Orlando Commissioner Cites Accessibility, Not Hesitancy, For Discrepancy In Blacks' Vaccinations
Bakari Burns says the closest vaccine site in his district, a Walmart in the Washington Shores area, is only doing 20 vaccines a week.
Orlando County Commissioner Bakari Burns says problems with accessibility, not hesitancy, are to blame for Black residents not getting vaccinated for the coronavirus.
Burns, who represents the city's District 6, held a canvassing event Tuesday at the Dr. James R. Smith Neighborhood Center asking residents about vaccine availability.
His says his district has been hit hard by COVID-19, as many people in the community are essential workers who cannot work virtually.
Data show that Black residents are being vaccinated for coronavirus at a lower rate than other minorities in the community. Burns says in Orange County more than 58,000 white people were vaccinated, while only about 7,200 Black people got the vaccine.
“So it troubles me the disparity in these numbers. And some may say that it’s vaccine hesitancy, but what I’ve seen over the last couple of weeks is that more people are ready to take this vaccine, it’s just not been available,” says Burns,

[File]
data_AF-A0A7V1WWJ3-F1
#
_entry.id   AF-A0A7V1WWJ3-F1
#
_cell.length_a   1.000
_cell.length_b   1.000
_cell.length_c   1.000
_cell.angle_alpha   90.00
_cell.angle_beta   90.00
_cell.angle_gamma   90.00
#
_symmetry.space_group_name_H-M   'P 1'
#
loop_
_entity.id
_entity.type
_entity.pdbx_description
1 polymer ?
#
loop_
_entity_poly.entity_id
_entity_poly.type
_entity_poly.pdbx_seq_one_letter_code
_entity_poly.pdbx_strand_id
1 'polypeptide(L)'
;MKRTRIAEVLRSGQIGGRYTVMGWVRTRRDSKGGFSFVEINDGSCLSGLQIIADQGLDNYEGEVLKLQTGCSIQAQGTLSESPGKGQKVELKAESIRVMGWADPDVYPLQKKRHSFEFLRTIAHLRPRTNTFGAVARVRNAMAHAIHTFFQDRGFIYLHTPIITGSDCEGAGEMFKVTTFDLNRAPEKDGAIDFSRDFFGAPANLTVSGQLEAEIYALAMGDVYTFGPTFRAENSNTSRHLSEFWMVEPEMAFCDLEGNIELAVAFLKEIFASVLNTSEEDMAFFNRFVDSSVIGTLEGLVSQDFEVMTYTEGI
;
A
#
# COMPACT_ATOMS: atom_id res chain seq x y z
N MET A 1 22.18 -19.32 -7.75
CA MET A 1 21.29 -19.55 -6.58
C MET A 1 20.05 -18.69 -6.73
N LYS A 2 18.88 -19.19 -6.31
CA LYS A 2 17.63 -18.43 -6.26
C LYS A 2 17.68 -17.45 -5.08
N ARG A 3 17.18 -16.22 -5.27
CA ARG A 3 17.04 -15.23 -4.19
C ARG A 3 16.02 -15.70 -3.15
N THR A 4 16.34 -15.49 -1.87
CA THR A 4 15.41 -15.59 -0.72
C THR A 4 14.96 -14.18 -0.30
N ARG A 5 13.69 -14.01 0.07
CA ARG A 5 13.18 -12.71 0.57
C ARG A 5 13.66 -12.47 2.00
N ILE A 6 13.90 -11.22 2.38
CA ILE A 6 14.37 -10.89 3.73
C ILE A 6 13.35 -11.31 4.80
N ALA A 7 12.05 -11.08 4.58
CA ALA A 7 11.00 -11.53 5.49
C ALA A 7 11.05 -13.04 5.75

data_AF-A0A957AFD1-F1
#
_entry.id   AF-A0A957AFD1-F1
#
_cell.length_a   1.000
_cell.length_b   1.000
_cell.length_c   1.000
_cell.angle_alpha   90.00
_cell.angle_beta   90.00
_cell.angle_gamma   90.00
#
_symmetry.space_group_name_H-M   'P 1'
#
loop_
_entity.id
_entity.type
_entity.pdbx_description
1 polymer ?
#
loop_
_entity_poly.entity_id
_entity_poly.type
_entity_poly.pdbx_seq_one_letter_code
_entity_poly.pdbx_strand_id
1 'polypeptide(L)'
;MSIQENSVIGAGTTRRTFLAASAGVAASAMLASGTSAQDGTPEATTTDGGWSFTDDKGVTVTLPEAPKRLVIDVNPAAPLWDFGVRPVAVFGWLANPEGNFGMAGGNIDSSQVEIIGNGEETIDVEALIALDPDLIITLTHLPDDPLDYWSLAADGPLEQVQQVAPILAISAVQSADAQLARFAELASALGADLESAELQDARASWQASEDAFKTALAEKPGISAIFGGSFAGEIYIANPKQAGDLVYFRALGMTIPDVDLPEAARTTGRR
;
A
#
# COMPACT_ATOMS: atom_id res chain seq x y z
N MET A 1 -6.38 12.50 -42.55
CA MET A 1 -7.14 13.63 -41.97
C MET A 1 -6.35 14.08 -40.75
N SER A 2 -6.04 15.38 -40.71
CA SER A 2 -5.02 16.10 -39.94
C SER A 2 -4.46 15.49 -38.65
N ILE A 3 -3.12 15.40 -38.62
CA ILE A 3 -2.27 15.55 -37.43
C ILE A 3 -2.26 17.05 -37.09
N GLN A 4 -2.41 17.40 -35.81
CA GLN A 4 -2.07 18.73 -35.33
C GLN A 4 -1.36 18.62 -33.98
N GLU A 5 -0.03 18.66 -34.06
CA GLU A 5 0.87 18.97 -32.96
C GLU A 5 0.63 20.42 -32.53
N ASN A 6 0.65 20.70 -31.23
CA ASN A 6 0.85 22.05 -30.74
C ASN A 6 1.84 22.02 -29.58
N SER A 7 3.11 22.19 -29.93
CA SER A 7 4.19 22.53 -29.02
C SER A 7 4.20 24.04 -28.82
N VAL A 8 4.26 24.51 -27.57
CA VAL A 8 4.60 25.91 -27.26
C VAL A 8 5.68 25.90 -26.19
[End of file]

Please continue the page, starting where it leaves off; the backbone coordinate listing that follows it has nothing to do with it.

Burns says the closest vaccine site at the Walmart in the Washington Shores area, a historically African American community, is only doing 20 vaccines a week.
Burns, the chief executive of a federal qualified health center in the region, says his clinic has not received any vaccines yet.
He says along with a shortage of shots, many seniors are also struggling to make appointments.
“So one of the things that my office will be doing. We will be taking the names and numbers of seniors who have expressed a desire to get the vaccine," he says. "We’re going to be keeping that list and as these appointments open up we’re going to be taking it upon ourselves to register them ourselves.”
Burns says his office will also try to coordinate transportation for these seniors to vaccine sites.
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